In one of the state’s top 10 largest districts, Orange County’s Capistrano USD, declining enrollment is also taking place, a trend that predates the pandemic. They currently serve more than 43,000 students, Superintendent Kirsten M. Vital Brulte said.

Capistrano USD, a basic aid district that does not receive concentration grants under the Local Control Funding Formula, has approached spending with a clear theory of action prioritizing literacy and numeracy.

Teacher with young student in blue shirt at desk
While considering multiple assessment and data points, including common formative assessments that teachers create through professional learning and collaboration, the LEA uses the abundance of information to understand what supports students require “by name, by need.”

With relief funding, “we have paid for Multi-Tiered System of Support specialists, we also paid for elementary PE teachers, and instructional paraprofessionals to be able to then have the kids with them doing PE twice a week so teachers, by grade level, can come together and have that slot of time,” Vital Brulte said. “If you’re asking teachers to do this work, you really need to be able to provide that time together in order to do it.”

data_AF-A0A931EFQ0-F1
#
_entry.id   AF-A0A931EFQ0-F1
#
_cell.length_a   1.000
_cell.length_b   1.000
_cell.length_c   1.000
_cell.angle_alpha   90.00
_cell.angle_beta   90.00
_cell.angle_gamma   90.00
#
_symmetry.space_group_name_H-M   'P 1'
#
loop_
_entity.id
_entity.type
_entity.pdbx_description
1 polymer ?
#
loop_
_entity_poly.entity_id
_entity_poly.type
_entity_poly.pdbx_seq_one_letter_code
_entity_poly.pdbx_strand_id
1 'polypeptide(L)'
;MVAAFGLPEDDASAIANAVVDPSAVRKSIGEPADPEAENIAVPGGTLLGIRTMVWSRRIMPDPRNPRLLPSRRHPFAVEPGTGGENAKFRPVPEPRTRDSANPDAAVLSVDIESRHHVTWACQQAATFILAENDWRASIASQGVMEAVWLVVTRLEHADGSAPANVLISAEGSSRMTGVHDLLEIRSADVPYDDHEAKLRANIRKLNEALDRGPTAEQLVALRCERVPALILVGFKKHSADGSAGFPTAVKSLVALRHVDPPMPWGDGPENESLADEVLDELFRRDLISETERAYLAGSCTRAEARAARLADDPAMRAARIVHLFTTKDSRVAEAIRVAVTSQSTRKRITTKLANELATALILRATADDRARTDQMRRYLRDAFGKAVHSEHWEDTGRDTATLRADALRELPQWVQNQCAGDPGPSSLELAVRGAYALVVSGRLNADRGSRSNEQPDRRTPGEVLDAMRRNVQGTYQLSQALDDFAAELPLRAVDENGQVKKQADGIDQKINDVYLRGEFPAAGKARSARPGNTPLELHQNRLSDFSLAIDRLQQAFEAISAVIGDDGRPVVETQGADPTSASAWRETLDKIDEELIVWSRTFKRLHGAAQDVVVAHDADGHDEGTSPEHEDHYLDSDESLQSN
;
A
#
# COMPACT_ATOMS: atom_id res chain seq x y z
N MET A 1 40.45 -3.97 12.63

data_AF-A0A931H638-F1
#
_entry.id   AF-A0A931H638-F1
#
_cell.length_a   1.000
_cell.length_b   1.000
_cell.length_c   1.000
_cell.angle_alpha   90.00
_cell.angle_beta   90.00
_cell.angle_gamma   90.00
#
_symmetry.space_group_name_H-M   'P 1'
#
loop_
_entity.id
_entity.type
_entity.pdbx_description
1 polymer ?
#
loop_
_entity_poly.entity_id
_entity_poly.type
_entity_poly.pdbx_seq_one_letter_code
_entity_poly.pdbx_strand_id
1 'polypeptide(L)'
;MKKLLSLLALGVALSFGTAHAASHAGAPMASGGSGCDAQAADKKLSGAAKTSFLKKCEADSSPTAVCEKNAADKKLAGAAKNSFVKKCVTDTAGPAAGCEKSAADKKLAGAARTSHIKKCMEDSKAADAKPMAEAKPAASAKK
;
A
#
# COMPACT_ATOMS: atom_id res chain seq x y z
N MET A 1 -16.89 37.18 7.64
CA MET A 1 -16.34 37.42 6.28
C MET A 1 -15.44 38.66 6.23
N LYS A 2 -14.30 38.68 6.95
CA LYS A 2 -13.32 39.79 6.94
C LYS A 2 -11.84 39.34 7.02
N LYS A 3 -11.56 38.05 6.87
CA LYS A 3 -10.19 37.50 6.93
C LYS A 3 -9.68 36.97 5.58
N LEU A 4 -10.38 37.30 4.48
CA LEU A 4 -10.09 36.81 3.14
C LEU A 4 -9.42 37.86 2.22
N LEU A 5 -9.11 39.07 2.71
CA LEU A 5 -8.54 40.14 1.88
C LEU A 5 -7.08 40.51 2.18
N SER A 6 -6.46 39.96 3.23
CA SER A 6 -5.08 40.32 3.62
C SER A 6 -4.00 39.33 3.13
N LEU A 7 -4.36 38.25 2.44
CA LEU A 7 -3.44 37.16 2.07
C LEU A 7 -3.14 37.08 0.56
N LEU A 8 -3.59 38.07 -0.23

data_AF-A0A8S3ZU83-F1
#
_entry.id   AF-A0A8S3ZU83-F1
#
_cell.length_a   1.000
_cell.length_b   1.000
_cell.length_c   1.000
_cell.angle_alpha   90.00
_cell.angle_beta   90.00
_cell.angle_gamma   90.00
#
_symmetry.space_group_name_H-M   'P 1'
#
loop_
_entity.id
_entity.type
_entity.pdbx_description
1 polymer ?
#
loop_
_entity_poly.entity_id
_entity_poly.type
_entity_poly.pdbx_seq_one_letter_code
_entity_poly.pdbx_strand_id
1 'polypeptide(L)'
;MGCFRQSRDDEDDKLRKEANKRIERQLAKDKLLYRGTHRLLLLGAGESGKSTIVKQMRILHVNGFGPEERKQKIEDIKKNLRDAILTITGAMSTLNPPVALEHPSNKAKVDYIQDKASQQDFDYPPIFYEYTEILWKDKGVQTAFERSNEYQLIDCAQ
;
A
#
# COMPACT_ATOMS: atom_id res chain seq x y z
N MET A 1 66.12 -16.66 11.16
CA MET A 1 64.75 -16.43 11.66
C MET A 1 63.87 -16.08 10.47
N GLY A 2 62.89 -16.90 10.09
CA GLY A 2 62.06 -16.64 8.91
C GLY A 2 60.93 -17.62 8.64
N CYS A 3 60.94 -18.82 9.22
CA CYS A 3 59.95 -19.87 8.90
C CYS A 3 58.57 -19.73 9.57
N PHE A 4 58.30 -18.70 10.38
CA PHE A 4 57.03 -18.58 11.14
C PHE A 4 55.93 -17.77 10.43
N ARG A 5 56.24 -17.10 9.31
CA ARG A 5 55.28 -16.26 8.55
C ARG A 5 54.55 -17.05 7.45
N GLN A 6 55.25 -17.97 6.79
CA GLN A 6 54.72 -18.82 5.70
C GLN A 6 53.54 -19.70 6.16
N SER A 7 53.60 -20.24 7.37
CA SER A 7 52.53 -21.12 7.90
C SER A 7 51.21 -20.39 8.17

Smaller class sizes, professional development time, after-school and summer programs have also been paid for using COVID-relief funds.

Knowing that in-person learning was a local priority, the district resumed on-campus learning in September 2020 using a phase-in plan.

In the 2022–23 academic year, Vital Brulte said the district is even more focused on social-emotional supports as “we know that the pandemic has really been hard on children and adults.” In addition to offering elementary counseling services, they’ve reduced caseloads for individual counselors at the middle and high school levels.

Both Woodland and Capistrano anticipate being able to utilize all relief funding by their respective deadlines.

During CSBA’s July 12 webinar on the federal relief report, Unprecedented Times, Unprecedented Responses, CSBA President-elect and Pacific Union Elementary School District trustee Susan Markarian expressed her district’s concern over a looming HVAC project, which also requires new roofs.

“Going forward we’re leery about the big projects we have planned because we’re not sure the money will be there when we’re ready,” Markarian said. “With small districts and not a very big budget, we don’t want to get into a position where we are short on cash because we’ve expended large amounts of money on a large project.”

“What we’re getting right now isn’t going to last, but it’s going to do some great things.”
– Susan Markarian, CSBA President-elect and Pacific Union ESD trustee.